One of the classic mistakes novice writers make is to start writing without looking at the overall picture. Planning the scope of your project is key to its overall successful.
So, before you start writing, identify everything involved in the development of the project. By the way, this applies to any type of project, whether it’s writing, development, design, or cooking…. You must have a plan.
For a documentation project, Identify the;
- Software Templates and Style Guides
- Access to IT Systems
- People resources, such as graphic designers
that need to be in place so that you can write the documentation.Don’t assume these will be ready!
A lot of this may seem very obvious, but based on experience, client often underestimate the resources you will need to have in place. They tend to overlook system access, passwords, swipe cards, parking spaces, technical resources and other such requirements. Without these you can’t accomplish your tasks.
Encourage your client (gently but firmly) to ensure they‘re in place; otherwise your schedule will be knocked off balance. Don’t wait until you arrive at the building before asking if there is a test system you can use. Ask these questions in the warm-up meetings before you start on-site.
Here are some areas to consider before starting your project:
- Does the Writer have access to Test Systems?
- Is the Writer is provided Training on the system that they are to document?
- Will the Writer be working on site during the project?
- Will the Writer have access to SMEs?
- Will new Change Requests occur once the project has started?
Creating a Project Plan
Examine the following areas so you can define a project plan that reflects the amount of work that’s involved:
Training required for you to understand how the system works – eg 2 days
Gap Analysis between current documentation (if it exists) vs. proposed documentation – eg 2 days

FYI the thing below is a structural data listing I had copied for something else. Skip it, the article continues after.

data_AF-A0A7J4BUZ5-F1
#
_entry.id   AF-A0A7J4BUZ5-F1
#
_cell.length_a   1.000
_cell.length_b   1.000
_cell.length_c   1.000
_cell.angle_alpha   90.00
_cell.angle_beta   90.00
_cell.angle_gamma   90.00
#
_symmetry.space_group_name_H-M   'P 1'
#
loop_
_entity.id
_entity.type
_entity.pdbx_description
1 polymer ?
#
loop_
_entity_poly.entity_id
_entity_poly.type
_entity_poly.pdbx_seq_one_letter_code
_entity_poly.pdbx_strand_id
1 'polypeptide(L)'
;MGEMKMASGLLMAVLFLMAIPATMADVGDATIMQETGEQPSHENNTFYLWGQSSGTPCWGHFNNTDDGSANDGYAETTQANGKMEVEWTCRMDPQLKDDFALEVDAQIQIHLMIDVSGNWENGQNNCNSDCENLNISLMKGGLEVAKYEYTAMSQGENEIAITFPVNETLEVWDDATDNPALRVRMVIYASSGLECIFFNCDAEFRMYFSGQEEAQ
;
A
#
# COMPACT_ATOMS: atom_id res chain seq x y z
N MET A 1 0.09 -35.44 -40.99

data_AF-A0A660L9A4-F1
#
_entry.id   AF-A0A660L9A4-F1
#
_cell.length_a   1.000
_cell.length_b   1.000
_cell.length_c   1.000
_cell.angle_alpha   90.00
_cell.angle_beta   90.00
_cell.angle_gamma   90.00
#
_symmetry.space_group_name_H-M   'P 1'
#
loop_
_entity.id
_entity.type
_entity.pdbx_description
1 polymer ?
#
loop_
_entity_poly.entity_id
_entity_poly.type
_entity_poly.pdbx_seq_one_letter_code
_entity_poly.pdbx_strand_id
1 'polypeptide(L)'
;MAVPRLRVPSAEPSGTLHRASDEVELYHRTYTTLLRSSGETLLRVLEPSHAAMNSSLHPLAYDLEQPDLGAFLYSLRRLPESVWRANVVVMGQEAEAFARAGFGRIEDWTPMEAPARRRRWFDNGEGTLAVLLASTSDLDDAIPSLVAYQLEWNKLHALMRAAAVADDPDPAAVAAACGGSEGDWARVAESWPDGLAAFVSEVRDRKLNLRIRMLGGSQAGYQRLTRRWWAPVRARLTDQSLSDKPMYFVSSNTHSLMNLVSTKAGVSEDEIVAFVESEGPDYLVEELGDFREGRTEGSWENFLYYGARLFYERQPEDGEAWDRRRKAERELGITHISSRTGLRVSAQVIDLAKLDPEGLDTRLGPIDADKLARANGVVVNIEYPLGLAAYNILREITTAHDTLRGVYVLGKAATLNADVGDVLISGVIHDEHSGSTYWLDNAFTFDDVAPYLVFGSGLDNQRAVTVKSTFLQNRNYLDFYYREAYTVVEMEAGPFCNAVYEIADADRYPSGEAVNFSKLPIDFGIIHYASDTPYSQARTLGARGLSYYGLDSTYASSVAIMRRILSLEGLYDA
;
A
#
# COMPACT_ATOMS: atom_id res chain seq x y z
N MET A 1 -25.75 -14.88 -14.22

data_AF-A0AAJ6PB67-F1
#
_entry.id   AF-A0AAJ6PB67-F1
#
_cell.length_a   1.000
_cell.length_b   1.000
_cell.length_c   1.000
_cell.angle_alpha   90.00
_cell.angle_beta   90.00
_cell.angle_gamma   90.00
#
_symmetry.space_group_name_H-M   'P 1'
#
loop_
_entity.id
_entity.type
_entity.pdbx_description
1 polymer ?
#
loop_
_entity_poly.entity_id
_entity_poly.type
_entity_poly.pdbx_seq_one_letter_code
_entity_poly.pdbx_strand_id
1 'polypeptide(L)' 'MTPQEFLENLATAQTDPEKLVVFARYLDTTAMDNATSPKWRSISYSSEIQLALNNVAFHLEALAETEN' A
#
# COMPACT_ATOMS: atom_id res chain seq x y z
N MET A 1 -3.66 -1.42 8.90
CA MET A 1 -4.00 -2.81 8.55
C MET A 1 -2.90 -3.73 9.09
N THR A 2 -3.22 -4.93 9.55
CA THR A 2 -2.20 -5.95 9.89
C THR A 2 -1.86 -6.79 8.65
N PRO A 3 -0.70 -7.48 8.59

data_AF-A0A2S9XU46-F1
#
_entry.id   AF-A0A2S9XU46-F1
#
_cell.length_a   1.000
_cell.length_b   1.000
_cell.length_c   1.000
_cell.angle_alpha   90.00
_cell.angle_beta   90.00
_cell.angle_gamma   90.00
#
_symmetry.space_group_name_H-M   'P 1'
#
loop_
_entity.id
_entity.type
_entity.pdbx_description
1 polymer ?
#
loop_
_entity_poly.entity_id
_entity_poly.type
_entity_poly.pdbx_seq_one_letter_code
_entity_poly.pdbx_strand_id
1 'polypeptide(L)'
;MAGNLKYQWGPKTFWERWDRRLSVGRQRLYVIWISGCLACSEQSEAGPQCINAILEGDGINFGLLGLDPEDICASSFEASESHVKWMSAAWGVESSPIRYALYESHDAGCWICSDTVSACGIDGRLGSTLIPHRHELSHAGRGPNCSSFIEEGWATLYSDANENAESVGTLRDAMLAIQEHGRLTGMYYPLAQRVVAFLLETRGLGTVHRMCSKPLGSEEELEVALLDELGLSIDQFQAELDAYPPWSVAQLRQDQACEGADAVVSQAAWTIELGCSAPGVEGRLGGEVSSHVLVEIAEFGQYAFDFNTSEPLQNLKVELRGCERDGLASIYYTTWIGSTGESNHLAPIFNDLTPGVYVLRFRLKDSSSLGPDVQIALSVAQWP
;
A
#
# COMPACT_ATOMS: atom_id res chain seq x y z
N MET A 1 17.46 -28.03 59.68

Review current documentation (if it exists).
Can any material be reused or do you need to write everything from scratch. Re-writing existing material can be very time-consuming as you have to modify the tone, style, and phrasing to match your writing style. You also need to test the integrity of their documentation as you can’t assume the instructions are correct. eg 5 days
Agree on the Document Format – this will affect the workload if the document needs to be delivered in multiple formats, such as MS Word, Adobe PDF, Online Help, or Web Help.
Determine the number of pages that will be written per day, for example:
5 pages per day
100 page output
= 20 days documentation
Number of SMEs to review documents (allow 1 week turnaround) and provide feedback:
If you assume there will be 25% changes to the documentation (20 days) then the total project is increased to 24 days approx.
Note: SMEs are Subject Matter Experts, i.e. individuals with in-depth knowledge who can review the documentation accurately.
Speak to the client’s Project Manager and make sure you have access to the following:
Company image library for product screenshots, samples of training material etc.
Graphic designer to create illustrations, complex screenshots, splash screens, box shots.
Style Guide or, if none exists, agree on using an established guide such as the Microsoft Style Guide for Technical Publications.
MS Word Templates – make sure these are available before you start. If not, factor their design and development into the project plan.
This list is not exhaustive by any means.
The key thing is to think ahead and anticipate any areas which may undermine the project’s success.